If you're familiar with marijuana, you may already know what we're about to tell you. But no matter if you're for or against medical or recreational marijuana, learning about its components is undoubtedly fascinating. Because it's so complex, there are many different uses for marijuana. Heck, you can even match the right strain of weed to your zodiac sign. Or use weed to spice up your sex life. Or try medical cannabis to boost your workout.
All that brings us to THC. It's an acronym for its full chemical name: tetrahydrocannabinol. It's a cannabinoid compound that comes from the resin of the cannabis plant, and most notably, THC is the part of marijuana that's psychoactive. CBD oil, in contrast, is a different component of cannabis and is like liquid Xanax from Mother Nature, if you ask us. (Studies show CBD and THC each act on the brain in different ways.)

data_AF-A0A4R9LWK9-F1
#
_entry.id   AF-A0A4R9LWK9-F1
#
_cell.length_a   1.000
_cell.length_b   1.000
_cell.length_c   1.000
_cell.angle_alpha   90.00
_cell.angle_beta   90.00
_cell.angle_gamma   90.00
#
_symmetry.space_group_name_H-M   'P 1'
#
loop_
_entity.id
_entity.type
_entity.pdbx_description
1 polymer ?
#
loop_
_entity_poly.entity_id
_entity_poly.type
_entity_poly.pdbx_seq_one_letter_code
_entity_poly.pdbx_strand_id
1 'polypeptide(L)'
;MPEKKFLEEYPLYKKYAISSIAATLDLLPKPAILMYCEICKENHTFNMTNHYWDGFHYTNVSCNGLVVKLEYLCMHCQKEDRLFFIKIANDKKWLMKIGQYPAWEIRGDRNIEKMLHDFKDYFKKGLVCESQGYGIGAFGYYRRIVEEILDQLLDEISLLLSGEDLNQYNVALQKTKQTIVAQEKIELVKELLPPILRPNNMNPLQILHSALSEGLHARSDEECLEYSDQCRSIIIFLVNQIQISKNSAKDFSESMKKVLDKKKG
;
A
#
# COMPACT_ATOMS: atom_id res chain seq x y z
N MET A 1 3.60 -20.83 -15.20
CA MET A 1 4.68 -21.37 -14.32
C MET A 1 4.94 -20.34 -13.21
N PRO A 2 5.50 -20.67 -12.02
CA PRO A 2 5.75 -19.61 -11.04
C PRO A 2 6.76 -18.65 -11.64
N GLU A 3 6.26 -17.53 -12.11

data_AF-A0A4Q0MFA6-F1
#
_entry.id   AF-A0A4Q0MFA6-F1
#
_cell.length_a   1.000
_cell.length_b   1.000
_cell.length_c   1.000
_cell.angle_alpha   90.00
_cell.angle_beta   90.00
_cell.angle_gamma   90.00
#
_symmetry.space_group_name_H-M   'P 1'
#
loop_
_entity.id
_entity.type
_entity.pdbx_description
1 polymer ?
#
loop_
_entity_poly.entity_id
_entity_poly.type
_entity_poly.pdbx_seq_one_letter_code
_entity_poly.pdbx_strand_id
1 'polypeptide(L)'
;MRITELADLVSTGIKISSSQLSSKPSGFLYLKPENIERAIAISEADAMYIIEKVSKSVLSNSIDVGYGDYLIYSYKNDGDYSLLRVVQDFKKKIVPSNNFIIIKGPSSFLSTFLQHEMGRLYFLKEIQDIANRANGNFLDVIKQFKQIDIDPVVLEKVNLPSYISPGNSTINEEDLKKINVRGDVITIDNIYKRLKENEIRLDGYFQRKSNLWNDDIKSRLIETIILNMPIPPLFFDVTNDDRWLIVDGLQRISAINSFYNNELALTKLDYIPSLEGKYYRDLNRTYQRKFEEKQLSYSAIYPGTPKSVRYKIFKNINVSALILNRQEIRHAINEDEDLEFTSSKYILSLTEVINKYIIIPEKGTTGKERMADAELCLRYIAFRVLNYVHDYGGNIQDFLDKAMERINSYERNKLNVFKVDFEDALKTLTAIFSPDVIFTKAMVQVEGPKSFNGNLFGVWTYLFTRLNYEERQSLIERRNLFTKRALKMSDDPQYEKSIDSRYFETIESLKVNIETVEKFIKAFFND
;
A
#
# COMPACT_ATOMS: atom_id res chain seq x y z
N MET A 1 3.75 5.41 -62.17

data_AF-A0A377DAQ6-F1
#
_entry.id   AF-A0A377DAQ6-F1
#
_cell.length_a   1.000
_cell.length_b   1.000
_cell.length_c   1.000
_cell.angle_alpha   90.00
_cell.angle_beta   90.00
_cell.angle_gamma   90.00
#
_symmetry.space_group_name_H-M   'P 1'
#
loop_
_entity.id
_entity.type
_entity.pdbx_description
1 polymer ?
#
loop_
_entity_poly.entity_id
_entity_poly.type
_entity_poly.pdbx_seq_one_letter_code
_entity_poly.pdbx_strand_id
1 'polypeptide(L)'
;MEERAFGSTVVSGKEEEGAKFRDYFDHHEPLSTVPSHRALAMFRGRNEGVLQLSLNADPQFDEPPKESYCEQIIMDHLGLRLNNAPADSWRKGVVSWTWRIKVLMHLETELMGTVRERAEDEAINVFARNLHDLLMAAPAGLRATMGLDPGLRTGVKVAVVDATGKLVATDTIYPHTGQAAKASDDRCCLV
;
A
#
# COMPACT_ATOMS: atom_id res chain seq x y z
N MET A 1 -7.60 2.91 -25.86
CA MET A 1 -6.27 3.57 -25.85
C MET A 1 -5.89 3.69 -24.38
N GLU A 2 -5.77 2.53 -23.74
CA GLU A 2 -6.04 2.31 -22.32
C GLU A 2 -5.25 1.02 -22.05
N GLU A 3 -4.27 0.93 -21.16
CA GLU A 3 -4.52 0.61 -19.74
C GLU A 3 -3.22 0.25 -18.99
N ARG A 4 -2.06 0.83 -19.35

Simply put: THC alters your mood, and you get high. Along with that, you may also feel relaxed, happy, and/or snacky. If you're having problems with nausea, THC will also help deliver relief. Take too much, though, and you may swing the other way and experience not-so-pleasant side effects like hallucinations, anxiety, or even panic. In stark contrast, CBD has no psychoactive properties. Users of CBD often say that when taking the compound, you don't feel anything. Instead you feel the absence of things, most notably being anxiety.
Interestingly, levels of THC in marijuana today are nearly three times what they were in the 1990s. Be aware, though, that how you take marijuana affects levels of THC in your bloodstream. If you eat edibles, THC's effect is delayed by 30 minutes to an hour thanks to your body's need to digest the food, according to the National Institute on Drug Abuse. Less THC also makes it into your bloodstream with an edible, blunting its effects compared to smoking. That said, it's all too easy to think you haven't taken enough, overcompensate, and experience ill side effects, NIDA warns.
All that is to say, whatever decisions you make (and depending on the laws in your state), the most important thing is knowing what's going into your body. With that info, you can make the best decision for you.